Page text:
Make a difference, somehow, somewhere, with someone.
Eugene Kennedy said, “There may be nothing sadder than people who spend their lives talking about what might have been.” He’s right. His observation correlates perfectly with the research.
As I reported in the last two issues of the “Tuesday Tip,” Dr. Richard Leider interviewed scores of people over the age of 65 to discover the key lessons they had learned. There were three lessons. I’ve already written about the first two, PLAN YOUR LIFE and TAKE A RISK.
But the third lesson was the most important one. These older folks said you’ve got to MAKE A DIFFERENCE. In other words, you must live a life that matters, that makes a contribution. It’s vital for you as well as for others.
Of course, many people don’t think too much about that anymore. Back in 1952, Stanford University found that 80% of the students knew why they were there. They knew what they wanted out of life, and they had a clear purpose for their lives. However, by 1982, fewer than 20% of the students knew why they were in college and no idea what difference they wanted to make in the world.
Is that a big deal? You bet! Stanford concluded that the loss of purpose in students contributed to a huge rise in the student suicide rate. Without a clear purpose in mind, life lost a lot of its meaning.
Unfortunately, we live in an age where we’re told to “Go for the gusto” and “Get all you can.” But is that the real “bottom line” in life? Is that what really counts?
Dr. Raymond Moody, a physician who wrote the best-selling book, Life After Life, says no, absolutely no. He discovered the overwhelming necessity of making a difference when he interviewed lots of people who died or who had near-death experiences. When they were brought back to life, he asked them what it was like, and what they experienced.
Even though they were supposedly dead, every one of them said their minds or spirits were very much alive. They kept thinking about the same issue over and over and over. They kept thinking about the difference they had made. And they wondered whether they had made any difference at all.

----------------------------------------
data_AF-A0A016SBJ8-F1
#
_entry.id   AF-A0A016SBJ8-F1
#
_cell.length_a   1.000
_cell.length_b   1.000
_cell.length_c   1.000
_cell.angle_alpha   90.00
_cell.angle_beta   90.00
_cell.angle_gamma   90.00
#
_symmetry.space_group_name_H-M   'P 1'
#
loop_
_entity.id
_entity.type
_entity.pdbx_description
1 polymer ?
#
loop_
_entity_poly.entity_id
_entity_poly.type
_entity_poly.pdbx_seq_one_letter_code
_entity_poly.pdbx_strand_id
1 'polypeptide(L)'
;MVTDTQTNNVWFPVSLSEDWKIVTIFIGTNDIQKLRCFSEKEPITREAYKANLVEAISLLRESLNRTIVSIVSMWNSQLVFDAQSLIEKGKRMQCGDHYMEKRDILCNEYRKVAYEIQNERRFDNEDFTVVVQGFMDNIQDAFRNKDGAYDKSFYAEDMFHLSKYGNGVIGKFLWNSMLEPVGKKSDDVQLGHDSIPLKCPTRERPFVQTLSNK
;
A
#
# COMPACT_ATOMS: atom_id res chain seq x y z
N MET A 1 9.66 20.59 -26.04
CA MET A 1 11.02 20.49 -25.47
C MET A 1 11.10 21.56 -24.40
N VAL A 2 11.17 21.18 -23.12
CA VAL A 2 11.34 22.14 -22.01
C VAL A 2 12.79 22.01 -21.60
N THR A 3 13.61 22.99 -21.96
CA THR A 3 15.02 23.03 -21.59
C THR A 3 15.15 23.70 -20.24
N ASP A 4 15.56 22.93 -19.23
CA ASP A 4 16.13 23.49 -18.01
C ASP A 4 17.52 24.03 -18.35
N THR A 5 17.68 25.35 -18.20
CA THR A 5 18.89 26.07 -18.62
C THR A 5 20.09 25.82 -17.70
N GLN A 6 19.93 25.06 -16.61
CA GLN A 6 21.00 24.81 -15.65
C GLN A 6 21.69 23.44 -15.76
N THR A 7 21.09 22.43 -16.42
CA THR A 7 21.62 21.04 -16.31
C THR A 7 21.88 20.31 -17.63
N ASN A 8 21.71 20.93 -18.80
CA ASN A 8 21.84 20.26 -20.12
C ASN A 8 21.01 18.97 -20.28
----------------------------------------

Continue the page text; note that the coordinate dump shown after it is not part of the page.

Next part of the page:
When they were brought back to life by some medical miracle, they all had the same but new “bottom line.” Their bottom line was making a difference, making a contribution, or serving others.
The good news is you don’t have to wait until you die before you learn how to live. You don’t have to wait for a crisis to happen before you wake-up. You don’t have to wait until you’re old to learn the wisdom of the ages.
Shannon Gordon learned that at age 13. Even though she was a long-term patient at the Long Beach Memorial Hospital, she was also a self-appointed good will ambassador on the children’s unit.
Bonnie Ambler first met Shannon when her five-year old daughter, Heather, was in Intensive Care and having difficulty with all the procedures. Shannon spoke to Heather and said, “Gee, I’m just a kid too, and I get needles all the time.” She showed how she was actually attached to an IV unit that she was wheeling along. Shannon continued, “They really are rotten, but if they make you feel better, I guess they’re OK.”
Bonnie learned that Shannon made regular rounds to all the children’s rooms, relieving their fears and bringing them bits of joy. And Bonnie was so impressed with Shannon that the two of them talked often. If Bonnie was worried about whether her daughter Heather would live, Shannon shared her grief. And when Heather responded to therapy, Shannon led the celebration. In a sense, Shannon was bringing healing to both Bonnie and her daughter.
In one of their discussions, Shannon shared her greatest fear. She feared that her own disease would end her life before she had a chance to make a difference in her world. She made her rounds in the children’s unit. She wrote in the hospital newsletter, but she wanted to do something more permanent.
Six months later, when Bonnie brought her daughter back to the hospital for further treatment, she learned that Shannon was still there. Her condition had worsened, and her “rounds” had become less frequent. Even when they discovered a massive growth in Shannon’s chest, she never lost her smile, her happy outlook, and her concern for others. She still managed to bring her special magic to the other children.
Not too much later, Shannon Gordon died in her mother’s arms. Her life had lasted 13 years — long enough to make a difference in the lives of Bonnie and Heather forever.
What about you? If you don’t focus your life on making a difference, you may have a good life, but you will never have a great life.
Action: What difference do you want to make? Think about it. It’s worth a few minutes of your time.
Then write out the words you would like written on your tombstone. Let those words capture the difference you want to make.
Once you’ve figured that out, you’ll be on the best course you could be on. You’ll be on track for a life of success as well as significance.